Blogging about Japan, food, parenthood, music and life!
One of the things I hope to achieve by blogging is gaining some kind of clarity about my identity.
It's difficult being Japanese ALL THE TIME. Sometimes I'd like a little rest from it. Or maybe it's being too English that bothers me...
I'd hoped that I'd feel more 'at home' when I visited Japan as a teenager, but actually I just felt utterly alien - like a dodo amongst a flock of pigeons. It didn't help that I couldn't read or write fluently; that I was a corpulent UK size 12, and couldn't fit in any clothes except in the 'baa-chan' (old lady) section; and that I didn't much like green tea or Japanese food (unless it was deep-fried).
When I had children of my own, I vowed to ensure that they would never experience that desperate sense of displacement, or have to develop a bizarre split personality to cope with the nausea-inducing contrasts between East and West.
When my son was 5 I enrolled him in a Japanese school over an hour away from our home.
I'm not going to go into the experience in detail (mainly because I actually JUST DID. Yes! I wrote a lengthy, anguished essay about my torturous Year at the Japanese School of Doom... tried to change a full stop into an exclamation mark, and somehow lost the whole damn thing! Rookie mistake - writing directly onto the blog page instead of word processing first. Did I mention I hate technology? I know lots of swear words though, and now my new laptop does too) - suffice to say, the struggle to help my children without tearing myself in two was traumatic, isolating and depressing.
In 2011, we moved house. We continued going to the Japanese school even though it was now even further away - and we were both out of our depth, drowning in Japanese protocol; horrendous, fussy little forms; homework I couldn't help my son with; but mainly an unsettling lack of conviction that I was doing the right thing. I was forcing myself to face my worst fears - my helplessness when confronted by Japanese people, mainly - for the sake of my son's education, but even now, I have no idea how beneficial this was. I think we, as parents, make mistakes when we can't separate the needs of our children from our own needs and baggage. (Over the course of time, you will discover that I carry a staggering amount of baggage! Some of it's not even mine!)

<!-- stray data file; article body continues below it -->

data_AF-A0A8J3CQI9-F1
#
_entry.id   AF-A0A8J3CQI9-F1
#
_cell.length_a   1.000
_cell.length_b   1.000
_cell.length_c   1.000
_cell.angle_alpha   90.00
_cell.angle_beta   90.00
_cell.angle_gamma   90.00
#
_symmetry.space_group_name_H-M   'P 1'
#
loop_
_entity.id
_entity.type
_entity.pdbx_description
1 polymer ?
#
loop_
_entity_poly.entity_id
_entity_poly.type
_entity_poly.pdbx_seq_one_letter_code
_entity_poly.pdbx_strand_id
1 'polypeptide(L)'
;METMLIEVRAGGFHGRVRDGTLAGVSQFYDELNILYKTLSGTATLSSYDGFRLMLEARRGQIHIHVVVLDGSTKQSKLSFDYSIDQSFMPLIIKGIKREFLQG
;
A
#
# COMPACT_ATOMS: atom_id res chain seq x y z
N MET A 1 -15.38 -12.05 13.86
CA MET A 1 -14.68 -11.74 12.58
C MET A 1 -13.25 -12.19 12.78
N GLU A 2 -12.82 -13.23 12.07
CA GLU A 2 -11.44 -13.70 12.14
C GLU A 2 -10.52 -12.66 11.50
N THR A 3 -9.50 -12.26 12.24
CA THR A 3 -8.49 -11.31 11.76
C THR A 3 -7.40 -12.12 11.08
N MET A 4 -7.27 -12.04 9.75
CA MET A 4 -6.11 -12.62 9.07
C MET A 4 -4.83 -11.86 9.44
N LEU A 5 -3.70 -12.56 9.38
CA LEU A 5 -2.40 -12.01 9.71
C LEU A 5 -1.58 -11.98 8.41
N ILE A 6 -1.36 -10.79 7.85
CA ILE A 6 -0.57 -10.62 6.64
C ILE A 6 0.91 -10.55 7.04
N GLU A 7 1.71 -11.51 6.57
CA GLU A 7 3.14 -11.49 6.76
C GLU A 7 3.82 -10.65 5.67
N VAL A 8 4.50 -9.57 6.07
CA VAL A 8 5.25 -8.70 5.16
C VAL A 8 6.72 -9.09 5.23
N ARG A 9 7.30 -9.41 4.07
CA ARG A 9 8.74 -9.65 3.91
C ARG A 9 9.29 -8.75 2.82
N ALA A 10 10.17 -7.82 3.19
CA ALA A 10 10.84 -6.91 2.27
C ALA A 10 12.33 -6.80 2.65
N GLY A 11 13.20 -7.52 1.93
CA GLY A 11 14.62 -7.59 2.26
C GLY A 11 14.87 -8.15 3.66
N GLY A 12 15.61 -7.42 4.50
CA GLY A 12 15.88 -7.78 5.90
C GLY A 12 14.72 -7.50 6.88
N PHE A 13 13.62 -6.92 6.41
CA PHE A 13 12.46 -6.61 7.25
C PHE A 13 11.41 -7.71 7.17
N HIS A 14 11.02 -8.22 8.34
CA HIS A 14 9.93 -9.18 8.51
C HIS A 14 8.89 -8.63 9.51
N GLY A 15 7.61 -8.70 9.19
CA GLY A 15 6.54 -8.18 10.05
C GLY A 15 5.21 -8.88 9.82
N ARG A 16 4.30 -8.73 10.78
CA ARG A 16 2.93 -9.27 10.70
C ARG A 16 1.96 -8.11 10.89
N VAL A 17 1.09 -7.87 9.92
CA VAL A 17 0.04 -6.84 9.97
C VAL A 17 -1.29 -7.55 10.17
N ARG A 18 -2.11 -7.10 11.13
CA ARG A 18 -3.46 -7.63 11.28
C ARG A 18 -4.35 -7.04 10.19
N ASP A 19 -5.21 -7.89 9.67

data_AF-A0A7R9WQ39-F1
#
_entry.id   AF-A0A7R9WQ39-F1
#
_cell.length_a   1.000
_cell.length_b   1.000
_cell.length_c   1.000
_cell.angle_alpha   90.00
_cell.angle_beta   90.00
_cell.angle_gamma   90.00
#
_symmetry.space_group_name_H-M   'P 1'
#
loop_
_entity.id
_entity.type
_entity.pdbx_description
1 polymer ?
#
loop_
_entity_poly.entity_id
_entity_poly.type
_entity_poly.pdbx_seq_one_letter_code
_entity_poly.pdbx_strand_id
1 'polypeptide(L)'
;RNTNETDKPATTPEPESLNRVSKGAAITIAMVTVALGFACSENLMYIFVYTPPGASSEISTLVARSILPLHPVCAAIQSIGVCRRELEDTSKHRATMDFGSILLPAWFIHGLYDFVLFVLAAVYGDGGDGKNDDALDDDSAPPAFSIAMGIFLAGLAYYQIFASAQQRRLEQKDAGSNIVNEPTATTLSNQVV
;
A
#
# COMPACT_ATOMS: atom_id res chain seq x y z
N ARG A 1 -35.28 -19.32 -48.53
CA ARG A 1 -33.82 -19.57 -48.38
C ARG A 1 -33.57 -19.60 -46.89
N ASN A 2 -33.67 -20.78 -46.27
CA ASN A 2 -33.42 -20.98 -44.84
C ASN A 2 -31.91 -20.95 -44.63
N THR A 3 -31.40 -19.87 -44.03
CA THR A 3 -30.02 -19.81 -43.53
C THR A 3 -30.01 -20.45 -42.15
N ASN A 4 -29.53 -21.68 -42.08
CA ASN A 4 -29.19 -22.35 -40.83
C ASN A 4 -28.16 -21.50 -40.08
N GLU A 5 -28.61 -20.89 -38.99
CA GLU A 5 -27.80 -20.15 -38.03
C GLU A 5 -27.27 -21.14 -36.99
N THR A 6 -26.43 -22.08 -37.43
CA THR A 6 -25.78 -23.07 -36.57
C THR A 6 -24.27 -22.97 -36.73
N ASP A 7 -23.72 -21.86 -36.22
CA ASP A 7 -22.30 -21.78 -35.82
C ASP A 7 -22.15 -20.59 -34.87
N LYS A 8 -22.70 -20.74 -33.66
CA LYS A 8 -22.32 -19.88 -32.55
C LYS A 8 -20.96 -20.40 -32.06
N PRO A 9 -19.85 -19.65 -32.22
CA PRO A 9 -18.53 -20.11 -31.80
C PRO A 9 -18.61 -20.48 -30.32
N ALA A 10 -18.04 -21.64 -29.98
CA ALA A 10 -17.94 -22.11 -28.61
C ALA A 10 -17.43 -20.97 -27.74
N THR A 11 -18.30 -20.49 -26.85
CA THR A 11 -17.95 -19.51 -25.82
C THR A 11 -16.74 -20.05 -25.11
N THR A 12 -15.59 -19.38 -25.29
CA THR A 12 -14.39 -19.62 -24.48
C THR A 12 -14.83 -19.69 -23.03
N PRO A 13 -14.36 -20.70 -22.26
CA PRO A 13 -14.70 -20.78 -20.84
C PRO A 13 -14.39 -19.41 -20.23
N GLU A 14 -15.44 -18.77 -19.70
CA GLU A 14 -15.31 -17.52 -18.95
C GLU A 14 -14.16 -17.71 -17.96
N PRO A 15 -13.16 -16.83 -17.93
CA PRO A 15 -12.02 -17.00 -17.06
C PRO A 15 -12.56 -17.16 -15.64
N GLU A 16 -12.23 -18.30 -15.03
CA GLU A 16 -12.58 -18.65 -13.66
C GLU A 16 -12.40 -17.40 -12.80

To cut a long story slightly less long, we BOTH had to be interviewed to see if my son was capable of moving up to the first proper class, aaaand we failed. I can't deny I was a little relieved.
Not long afterwards, I found a Japanese club that met once a fortnight - a wonderful little group that helped the children learn about the language and culture, celebrated special events on the Japanese calendar, and gave parents the opportunity to support each other and discuss mixed-race marriages and culture shock.
From the very first day, the other mothers were welcoming and completely accepting of us and our situation. They didn't think me odd because I couldn't read or write properly. In fact, they were full of praise that I could even speak Japanese at all, given that I grew up here and have never lived in Japan. To my great surprise, these mums were hilarious, wild, warm, unfailingly accommodating, and interested in discussing EVERYTHING.
My kind of people.
We've been going every fortnight for 4 years now. We had a meeting today, in fact. It was a lovely session, comprising a Japanese class (both children are learning kanji now. If you don't know what kanji is, imagine that someone invented a language where INSTEAD OF USING LETTERS, he created a different symbol for every frickin word in his vocabulary. And he had a big vocabulary. And some of the symbols look soooo similar... and yet the meanings are tooootally different), had delicious snacks lovingly prepared by the mums (in fact, one boy had a birthday today, and his mum made an enormous Malteser cake, AND a Japanese style strawberry shortcake, covered in snow white whipped cream and decorated with kiwi slices and glossy strawberry halves. Why on earth didn't I take photos?), we played New Year games, read a story, and sang the 'goodbye' song.
Happy New Year everyone! I know we are already deep into January, but it never feels like New Year until we've been to Japanese club and played Fukuwarai. This is a pretty amusing version of Pin the Tail on the Donkey - more like 'Pin the Features on the Face'.
I'll put a link below to a YouTube video of some children playing this game so you can have a go yourselves if you so wish.